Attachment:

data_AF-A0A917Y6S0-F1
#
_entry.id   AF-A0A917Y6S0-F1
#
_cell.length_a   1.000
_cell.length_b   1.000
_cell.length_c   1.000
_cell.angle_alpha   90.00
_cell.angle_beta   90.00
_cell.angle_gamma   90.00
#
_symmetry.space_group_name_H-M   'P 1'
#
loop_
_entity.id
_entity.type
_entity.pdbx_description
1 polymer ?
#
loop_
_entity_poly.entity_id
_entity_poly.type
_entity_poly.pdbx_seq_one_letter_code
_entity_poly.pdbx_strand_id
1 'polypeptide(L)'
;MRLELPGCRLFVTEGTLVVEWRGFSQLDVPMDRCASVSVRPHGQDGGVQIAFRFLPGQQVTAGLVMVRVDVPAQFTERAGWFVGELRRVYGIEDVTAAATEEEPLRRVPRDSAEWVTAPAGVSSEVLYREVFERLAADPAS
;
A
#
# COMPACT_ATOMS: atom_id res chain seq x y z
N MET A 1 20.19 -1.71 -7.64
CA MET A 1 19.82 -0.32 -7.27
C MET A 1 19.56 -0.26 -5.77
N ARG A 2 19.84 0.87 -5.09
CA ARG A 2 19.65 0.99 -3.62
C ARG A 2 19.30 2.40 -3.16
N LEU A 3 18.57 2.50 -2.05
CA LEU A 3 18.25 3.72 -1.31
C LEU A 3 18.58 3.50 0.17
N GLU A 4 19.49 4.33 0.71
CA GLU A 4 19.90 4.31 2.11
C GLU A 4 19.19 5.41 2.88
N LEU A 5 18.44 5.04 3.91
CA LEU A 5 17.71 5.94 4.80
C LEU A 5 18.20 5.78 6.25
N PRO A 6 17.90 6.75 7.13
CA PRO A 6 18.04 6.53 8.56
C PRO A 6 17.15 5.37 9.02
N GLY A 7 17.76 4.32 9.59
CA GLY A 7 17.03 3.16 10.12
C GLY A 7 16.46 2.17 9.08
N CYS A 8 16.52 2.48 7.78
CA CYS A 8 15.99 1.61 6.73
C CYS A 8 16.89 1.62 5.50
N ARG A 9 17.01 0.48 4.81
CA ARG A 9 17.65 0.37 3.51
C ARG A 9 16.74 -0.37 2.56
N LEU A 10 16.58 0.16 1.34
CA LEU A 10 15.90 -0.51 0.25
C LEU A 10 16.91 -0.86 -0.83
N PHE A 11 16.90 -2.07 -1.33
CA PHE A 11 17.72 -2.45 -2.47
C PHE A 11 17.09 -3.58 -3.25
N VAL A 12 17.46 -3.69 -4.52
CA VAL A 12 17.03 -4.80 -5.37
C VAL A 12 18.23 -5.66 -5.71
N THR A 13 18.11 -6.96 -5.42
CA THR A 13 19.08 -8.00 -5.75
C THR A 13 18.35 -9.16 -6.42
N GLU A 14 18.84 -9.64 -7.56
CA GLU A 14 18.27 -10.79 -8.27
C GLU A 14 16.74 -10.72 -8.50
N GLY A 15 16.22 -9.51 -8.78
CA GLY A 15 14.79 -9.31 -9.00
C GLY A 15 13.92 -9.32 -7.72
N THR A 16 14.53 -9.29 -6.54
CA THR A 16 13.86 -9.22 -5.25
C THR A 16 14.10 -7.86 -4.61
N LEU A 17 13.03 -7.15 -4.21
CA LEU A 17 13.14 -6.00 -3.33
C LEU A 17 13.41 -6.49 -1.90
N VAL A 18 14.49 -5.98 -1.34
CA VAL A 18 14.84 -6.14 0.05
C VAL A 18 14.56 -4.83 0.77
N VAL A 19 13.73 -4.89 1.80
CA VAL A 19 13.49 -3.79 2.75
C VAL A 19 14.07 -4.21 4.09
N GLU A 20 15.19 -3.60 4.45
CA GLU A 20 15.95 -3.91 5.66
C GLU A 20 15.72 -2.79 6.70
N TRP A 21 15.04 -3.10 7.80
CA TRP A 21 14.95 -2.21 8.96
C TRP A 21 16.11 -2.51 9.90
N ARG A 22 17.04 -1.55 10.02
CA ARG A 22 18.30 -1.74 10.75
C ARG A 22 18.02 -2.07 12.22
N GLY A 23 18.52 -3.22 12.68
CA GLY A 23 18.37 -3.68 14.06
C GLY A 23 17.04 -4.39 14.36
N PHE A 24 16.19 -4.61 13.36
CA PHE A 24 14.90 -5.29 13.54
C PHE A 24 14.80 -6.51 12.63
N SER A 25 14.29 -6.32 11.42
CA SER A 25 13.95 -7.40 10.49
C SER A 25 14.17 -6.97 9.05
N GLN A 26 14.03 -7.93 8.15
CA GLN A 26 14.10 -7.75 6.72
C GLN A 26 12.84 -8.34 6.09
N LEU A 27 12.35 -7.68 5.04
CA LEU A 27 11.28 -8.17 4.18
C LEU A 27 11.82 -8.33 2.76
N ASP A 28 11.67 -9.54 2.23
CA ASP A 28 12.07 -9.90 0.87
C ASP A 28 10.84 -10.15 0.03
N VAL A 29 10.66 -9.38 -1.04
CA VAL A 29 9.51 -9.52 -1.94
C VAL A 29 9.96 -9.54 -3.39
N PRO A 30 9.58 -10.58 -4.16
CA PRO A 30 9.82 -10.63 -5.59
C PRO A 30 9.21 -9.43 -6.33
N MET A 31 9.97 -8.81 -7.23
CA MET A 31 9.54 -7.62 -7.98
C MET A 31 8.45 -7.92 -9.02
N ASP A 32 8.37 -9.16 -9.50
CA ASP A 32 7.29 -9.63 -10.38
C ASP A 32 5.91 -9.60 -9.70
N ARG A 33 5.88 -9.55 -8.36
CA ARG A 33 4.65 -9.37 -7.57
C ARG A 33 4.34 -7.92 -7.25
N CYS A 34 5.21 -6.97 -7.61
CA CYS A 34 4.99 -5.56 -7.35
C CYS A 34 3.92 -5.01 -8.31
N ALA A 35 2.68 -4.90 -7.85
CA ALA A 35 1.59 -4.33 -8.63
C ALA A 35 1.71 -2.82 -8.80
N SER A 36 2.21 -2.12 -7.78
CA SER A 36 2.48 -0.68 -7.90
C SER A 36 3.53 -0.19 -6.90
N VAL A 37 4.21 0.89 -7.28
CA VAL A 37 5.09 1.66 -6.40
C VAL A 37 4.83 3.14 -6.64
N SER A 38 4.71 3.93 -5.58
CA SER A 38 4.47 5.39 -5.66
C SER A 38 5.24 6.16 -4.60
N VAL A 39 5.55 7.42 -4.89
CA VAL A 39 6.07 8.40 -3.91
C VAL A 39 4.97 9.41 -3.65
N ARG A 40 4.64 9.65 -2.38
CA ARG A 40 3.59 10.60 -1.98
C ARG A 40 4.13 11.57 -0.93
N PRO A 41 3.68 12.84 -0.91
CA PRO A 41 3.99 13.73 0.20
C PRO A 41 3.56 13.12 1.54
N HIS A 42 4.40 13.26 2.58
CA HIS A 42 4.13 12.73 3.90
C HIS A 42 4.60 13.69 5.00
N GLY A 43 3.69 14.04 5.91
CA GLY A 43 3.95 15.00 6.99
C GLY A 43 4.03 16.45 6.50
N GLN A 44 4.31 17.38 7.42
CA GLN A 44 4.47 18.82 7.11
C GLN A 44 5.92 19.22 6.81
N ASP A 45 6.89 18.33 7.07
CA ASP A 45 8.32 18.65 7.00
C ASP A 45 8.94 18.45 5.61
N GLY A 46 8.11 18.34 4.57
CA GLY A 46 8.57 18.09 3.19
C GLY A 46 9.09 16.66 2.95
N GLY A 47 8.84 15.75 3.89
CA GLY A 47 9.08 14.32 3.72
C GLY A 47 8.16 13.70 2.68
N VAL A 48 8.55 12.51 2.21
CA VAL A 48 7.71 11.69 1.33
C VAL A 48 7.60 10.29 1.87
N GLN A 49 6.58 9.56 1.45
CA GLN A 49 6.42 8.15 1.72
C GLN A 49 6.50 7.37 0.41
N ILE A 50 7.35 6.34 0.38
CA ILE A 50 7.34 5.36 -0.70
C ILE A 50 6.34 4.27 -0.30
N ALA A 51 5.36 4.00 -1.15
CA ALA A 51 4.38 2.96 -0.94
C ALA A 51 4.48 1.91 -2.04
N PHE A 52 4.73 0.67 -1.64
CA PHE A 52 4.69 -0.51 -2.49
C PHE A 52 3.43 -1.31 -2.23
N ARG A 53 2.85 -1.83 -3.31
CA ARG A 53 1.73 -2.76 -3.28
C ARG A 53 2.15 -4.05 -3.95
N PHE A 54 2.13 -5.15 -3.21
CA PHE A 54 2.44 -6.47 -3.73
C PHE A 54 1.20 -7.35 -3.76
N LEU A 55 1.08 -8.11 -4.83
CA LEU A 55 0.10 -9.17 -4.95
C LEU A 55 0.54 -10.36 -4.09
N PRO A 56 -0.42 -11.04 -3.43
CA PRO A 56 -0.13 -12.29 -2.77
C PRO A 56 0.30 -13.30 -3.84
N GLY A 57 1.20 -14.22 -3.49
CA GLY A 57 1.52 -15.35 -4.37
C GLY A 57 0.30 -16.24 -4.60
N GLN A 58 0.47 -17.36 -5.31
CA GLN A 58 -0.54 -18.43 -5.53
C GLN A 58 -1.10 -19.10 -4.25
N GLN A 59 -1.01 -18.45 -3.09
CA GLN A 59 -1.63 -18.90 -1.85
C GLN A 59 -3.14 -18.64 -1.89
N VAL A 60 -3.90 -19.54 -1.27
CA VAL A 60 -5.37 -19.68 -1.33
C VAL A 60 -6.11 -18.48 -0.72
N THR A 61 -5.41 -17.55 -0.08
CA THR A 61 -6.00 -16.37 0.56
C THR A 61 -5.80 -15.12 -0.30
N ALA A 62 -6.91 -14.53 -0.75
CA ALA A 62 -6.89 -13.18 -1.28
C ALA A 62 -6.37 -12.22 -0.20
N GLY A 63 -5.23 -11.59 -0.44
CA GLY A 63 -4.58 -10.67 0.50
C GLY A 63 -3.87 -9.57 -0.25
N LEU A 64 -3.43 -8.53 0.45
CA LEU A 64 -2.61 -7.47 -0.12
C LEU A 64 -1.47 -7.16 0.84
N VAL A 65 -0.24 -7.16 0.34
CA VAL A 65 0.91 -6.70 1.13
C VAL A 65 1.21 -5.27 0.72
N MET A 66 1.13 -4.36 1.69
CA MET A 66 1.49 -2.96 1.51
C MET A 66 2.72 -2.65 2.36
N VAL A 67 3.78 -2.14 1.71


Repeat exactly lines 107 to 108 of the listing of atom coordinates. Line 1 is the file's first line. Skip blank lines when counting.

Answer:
CA GLN A 26 14.10 -7.75 6.72
C GLN A 26 12.84 -8.34 6.09